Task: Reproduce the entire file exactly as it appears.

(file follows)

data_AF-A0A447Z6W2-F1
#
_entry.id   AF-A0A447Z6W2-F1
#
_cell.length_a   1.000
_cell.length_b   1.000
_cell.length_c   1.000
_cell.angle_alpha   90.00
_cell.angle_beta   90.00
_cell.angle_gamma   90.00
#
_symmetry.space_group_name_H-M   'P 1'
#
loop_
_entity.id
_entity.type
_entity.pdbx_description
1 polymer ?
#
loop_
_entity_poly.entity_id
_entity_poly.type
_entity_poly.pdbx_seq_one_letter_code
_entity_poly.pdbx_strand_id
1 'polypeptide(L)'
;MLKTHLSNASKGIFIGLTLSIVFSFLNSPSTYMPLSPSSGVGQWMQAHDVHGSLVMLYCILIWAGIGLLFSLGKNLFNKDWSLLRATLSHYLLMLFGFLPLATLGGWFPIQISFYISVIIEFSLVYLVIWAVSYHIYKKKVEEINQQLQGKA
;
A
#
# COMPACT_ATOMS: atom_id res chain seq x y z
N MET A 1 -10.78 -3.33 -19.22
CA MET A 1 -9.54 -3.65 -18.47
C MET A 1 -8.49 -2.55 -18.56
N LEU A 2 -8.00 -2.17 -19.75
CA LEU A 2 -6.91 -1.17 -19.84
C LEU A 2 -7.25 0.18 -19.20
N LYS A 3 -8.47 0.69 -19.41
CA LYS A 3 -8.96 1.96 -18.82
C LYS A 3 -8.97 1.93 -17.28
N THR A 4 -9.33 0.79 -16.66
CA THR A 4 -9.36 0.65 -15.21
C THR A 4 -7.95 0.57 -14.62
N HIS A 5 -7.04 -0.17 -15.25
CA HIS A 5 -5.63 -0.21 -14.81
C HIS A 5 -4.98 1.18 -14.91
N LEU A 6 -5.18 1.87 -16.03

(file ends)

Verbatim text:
data_AF-A0A447Z6W2-F1
#
_entry.id   AF-A0A447Z6W2-F1
#
_cell.length_a   1.000
_cell.length_b   1.000
_cell.length_c   1.000
_cell.angle_alpha   90.00
_cell.angle_beta   90.00
_cell.angle_gamma   90.00
#
_symmetry.space_group_name_H-M   'P 1'
#
loop_
_entity.id
_entity.type
_entity.pdbx_description
1 polymer ?
#
loop_
_entity_poly.entity_id
_entity_poly.type
_entity_poly.pdbx_seq_one_letter_code
_entity_poly.pdbx_strand_id
1 'polypeptide(L)'
;MLKTHLSNASKGIFIGLTLSIVFSFLNSPSTYMPLSPSSGVGQWMQAHDVHGSLVMLYCILIWAGIGLLFSLGKNLFNKDWSLLRATLSHYLLMLFGFLPLATLGGWFPIQISFYISVIIEFSLVYLVIWAVSYHIYKKKVEEINQQLQGKA
;
A
#
# COMPACT_ATOMS: atom_id res chain seq x y z
N MET A 1 -10.78 -3.33 -19.22
CA MET A 1 -9.54 -3.65 -18.47
C MET A 1 -8.49 -2.55 -18.56
N LEU A 2 -8.00 -2.17 -19.75
CA LEU A 2 -6.91 -1.17 -19.84
C LEU A 2 -7.25 0.18 -19.20
N LYS A 3 -8.47 0.69 -19.41
CA LYS A 3 -8.96 1.96 -18.82
C LYS A 3 -8.97 1.93 -17.28
N THR A 4 -9.33 0.79 -16.66
CA THR A 4 -9.36 0.65 -15.21
C THR A 4 -7.95 0.57 -14.62
N HIS A 5 -7.04 -0.17 -15.25
CA HIS A 5 -5.63 -0.21 -14.81
C HIS A 5 -4.98 1.18 -14.91
N LEU A 6 -5.18 1.87 -16.03